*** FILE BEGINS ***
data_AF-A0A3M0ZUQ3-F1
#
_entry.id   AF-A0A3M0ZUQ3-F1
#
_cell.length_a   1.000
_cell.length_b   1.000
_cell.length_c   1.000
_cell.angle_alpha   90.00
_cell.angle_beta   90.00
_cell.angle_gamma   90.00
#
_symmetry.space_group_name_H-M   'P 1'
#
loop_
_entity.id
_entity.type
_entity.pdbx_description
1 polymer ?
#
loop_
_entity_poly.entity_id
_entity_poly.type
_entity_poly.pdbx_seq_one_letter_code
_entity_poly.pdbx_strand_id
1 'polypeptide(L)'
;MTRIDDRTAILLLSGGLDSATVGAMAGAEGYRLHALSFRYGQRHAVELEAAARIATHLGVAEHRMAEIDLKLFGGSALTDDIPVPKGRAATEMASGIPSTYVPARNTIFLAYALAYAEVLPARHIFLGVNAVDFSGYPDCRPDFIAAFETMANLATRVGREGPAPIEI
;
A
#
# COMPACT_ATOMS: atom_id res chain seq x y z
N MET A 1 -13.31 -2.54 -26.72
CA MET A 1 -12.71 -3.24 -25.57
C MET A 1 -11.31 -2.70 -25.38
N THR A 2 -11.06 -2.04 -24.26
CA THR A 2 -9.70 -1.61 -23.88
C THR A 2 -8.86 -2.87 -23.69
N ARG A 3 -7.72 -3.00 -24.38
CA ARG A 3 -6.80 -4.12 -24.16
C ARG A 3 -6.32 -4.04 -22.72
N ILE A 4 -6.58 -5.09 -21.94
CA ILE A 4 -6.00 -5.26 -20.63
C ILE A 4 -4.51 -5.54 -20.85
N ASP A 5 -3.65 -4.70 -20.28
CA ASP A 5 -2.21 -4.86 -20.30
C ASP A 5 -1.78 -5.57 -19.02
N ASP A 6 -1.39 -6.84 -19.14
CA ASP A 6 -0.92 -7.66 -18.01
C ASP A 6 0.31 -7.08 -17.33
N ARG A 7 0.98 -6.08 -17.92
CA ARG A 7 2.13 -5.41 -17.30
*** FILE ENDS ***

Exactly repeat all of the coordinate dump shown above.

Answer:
data_AF-A0A3M0ZUQ3-F1
#
_entry.id   AF-A0A3M0ZUQ3-F1
#
_cell.length_a   1.000
_cell.length_b   1.000
_cell.length_c   1.000
_cell.angle_alpha   90.00
_cell.angle_beta   90.00
_cell.angle_gamma   90.00
#
_symmetry.space_group_name_H-M   'P 1'
#
loop_
_entity.id
_entity.type
_entity.pdbx_description
1 polymer ?
#
loop_
_entity_poly.entity_id
_entity_poly.type
_entity_poly.pdbx_seq_one_letter_code
_entity_poly.pdbx_strand_id
1 'polypeptide(L)'
;MTRIDDRTAILLLSGGLDSATVGAMAGAEGYRLHALSFRYGQRHAVELEAAARIATHLGVAEHRMAEIDLKLFGGSALTDDIPVPKGRAATEMASGIPSTYVPARNTIFLAYALAYAEVLPARHIFLGVNAVDFSGYPDCRPDFIAAFETMANLATRVGREGPAPIEI
;
A
#
# COMPACT_ATOMS: atom_id res chain seq x y z
N MET A 1 -13.31 -2.54 -26.72
CA MET A 1 -12.71 -3.24 -25.57
C MET A 1 -11.31 -2.70 -25.38
N THR A 2 -11.06 -2.04 -24.26
CA THR A 2 -9.70 -1.61 -23.88
C THR A 2 -8.86 -2.87 -23.69
N ARG A 3 -7.72 -3.00 -24.38
CA ARG A 3 -6.80 -4.12 -24.16
C ARG A 3 -6.32 -4.04 -22.72
N ILE A 4 -6.58 -5.09 -21.94
CA ILE A 4 -6.00 -5.26 -20.63
C ILE A 4 -4.51 -5.54 -20.85
N ASP A 5 -3.65 -4.70 -20.28
CA ASP A 5 -2.21 -4.86 -20.30
C ASP A 5 -1.78 -5.57 -19.02
N ASP A 6 -1.39 -6.84 -19.14
CA ASP A 6 -0.92 -7.66 -18.01
C ASP A 6 0.31 -7.08 -17.33
N ARG A 7 0.98 -6.08 -17.92
CA ARG A 7 2.13 -5.41 -17.30